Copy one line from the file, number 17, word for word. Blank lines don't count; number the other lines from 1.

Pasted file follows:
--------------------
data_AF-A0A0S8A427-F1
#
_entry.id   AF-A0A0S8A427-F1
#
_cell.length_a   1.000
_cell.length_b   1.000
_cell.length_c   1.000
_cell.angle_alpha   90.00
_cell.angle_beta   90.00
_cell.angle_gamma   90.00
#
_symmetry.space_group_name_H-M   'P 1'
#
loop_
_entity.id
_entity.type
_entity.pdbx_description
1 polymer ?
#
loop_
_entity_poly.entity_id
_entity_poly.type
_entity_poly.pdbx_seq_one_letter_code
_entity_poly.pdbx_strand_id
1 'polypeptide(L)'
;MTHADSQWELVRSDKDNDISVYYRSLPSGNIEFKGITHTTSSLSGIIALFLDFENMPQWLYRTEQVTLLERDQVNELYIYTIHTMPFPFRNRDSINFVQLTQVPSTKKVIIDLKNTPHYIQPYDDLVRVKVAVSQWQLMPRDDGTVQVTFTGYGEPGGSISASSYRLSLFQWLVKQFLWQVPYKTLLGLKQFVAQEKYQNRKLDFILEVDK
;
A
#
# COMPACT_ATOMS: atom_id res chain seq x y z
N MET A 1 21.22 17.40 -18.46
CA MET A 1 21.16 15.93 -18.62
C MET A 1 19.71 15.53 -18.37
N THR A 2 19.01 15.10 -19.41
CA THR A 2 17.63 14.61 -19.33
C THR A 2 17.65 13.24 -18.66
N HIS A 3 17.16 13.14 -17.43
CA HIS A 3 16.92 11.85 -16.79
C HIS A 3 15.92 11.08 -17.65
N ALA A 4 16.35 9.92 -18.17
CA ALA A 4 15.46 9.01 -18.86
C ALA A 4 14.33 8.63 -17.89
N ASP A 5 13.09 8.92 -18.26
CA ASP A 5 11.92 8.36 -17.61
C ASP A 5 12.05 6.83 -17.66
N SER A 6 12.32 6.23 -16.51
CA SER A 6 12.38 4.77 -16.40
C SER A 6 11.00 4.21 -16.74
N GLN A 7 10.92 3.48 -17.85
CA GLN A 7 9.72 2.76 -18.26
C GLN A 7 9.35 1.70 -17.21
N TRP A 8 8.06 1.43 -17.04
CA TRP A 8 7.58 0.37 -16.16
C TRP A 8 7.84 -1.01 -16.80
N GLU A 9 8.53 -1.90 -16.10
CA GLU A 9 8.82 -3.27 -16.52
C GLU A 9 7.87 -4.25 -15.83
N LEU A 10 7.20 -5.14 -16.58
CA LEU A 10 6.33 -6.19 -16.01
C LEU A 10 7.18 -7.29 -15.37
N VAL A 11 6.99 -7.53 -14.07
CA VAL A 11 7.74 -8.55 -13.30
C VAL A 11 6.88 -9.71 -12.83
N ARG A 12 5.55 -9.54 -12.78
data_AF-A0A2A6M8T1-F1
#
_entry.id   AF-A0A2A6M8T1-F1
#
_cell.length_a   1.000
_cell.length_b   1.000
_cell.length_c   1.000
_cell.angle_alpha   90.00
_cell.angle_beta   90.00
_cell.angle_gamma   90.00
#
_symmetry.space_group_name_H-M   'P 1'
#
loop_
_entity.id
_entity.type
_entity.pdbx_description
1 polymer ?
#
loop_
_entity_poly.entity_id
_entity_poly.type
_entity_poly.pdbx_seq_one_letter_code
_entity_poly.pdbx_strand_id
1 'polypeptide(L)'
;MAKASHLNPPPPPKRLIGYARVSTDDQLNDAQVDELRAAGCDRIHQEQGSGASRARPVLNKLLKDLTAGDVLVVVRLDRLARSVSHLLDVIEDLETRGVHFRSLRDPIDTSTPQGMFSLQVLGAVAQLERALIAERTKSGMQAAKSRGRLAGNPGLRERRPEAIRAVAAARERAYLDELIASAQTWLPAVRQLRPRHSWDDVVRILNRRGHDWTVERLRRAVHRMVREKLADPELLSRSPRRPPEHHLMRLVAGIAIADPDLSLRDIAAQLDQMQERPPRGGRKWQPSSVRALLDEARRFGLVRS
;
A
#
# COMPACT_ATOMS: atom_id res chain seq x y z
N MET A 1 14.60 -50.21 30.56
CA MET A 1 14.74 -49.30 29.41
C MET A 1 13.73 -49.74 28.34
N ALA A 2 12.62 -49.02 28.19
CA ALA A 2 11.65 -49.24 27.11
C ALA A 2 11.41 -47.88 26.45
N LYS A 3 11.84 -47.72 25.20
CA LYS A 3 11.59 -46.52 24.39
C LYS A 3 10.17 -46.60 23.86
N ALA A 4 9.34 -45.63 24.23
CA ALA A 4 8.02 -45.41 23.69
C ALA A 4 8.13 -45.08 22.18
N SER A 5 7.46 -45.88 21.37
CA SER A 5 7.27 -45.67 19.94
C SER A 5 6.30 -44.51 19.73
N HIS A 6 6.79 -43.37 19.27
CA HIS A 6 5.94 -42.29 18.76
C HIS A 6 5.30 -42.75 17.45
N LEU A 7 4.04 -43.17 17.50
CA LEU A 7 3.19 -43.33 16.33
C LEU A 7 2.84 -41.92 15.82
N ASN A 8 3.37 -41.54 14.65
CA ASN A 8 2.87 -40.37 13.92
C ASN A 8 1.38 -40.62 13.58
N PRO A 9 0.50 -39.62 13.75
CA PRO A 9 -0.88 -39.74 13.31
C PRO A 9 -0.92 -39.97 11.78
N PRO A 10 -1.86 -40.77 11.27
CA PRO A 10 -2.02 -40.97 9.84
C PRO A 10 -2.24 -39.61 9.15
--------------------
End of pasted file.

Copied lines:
_entity.pdbx_description